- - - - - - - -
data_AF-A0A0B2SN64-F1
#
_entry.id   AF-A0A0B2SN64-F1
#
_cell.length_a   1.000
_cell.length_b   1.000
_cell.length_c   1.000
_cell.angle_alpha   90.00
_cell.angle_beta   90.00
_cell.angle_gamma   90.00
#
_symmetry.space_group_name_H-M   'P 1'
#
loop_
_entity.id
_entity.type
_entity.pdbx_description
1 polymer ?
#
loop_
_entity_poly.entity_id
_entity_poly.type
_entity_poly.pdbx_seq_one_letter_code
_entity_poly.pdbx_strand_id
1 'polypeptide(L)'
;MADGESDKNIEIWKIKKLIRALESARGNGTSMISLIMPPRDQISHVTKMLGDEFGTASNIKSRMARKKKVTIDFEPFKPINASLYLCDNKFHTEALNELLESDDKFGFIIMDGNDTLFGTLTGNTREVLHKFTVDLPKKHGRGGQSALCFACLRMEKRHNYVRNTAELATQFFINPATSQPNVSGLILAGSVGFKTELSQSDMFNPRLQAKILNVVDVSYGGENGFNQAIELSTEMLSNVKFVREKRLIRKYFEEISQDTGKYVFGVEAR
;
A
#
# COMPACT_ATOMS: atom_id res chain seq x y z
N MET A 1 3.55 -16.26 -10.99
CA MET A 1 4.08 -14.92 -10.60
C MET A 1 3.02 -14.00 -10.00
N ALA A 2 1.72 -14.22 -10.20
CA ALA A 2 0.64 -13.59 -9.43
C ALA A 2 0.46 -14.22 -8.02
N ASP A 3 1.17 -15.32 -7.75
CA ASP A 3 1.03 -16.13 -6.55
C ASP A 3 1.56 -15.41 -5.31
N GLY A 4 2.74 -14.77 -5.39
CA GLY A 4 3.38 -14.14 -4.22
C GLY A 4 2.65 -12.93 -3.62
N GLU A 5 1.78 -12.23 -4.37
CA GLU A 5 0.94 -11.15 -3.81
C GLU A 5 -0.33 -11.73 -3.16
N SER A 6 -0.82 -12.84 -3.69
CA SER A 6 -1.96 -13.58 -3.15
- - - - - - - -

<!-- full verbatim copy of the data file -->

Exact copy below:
data_AF-A0A0B2SN64-F1
#
_entry.id   AF-A0A0B2SN64-F1
#
_cell.length_a   1.000
_cell.length_b   1.000
_cell.length_c   1.000
_cell.angle_alpha   90.00
_cell.angle_beta   90.00
_cell.angle_gamma   90.00
#
_symmetry.space_group_name_H-M   'P 1'
#
loop_
_entity.id
_entity.type
_entity.pdbx_description
1 polymer ?
#
loop_
_entity_poly.entity_id
_entity_poly.type
_entity_poly.pdbx_seq_one_letter_code
_entity_poly.pdbx_strand_id
1 'polypeptide(L)'
;MADGESDKNIEIWKIKKLIRALESARGNGTSMISLIMPPRDQISHVTKMLGDEFGTASNIKSRMARKKKVTIDFEPFKPINASLYLCDNKFHTEALNELLESDDKFGFIIMDGNDTLFGTLTGNTREVLHKFTVDLPKKHGRGGQSALCFACLRMEKRHNYVRNTAELATQFFINPATSQPNVSGLILAGSVGFKTELSQSDMFNPRLQAKILNVVDVSYGGENGFNQAIELSTEMLSNVKFVREKRLIRKYFEEISQDTGKYVFGVEAR
;
A
#
# COMPACT_ATOMS: atom_id res chain seq x y z
N MET A 1 3.55 -16.26 -10.99
CA MET A 1 4.08 -14.92 -10.60
C MET A 1 3.02 -14.00 -10.00
N ALA A 2 1.72 -14.22 -10.20
CA ALA A 2 0.64 -13.59 -9.43
C ALA A 2 0.46 -14.22 -8.02
N ASP A 3 1.17 -15.32 -7.75
CA ASP A 3 1.03 -16.13 -6.55
C ASP A 3 1.56 -15.41 -5.31
N GLY A 4 2.74 -14.77 -5.39
CA GLY A 4 3.38 -14.14 -4.22
C GLY A 4 2.65 -12.93 -3.62
N GLU A 5 1.78 -12.23 -4.37
CA GLU A 5 0.94 -11.15 -3.81
C GLU A 5 -0.33 -11.73 -3.16
N SER A 6 -0.82 -12.84 -3.69
CA SER A 6 -1.96 -13.58 -3.15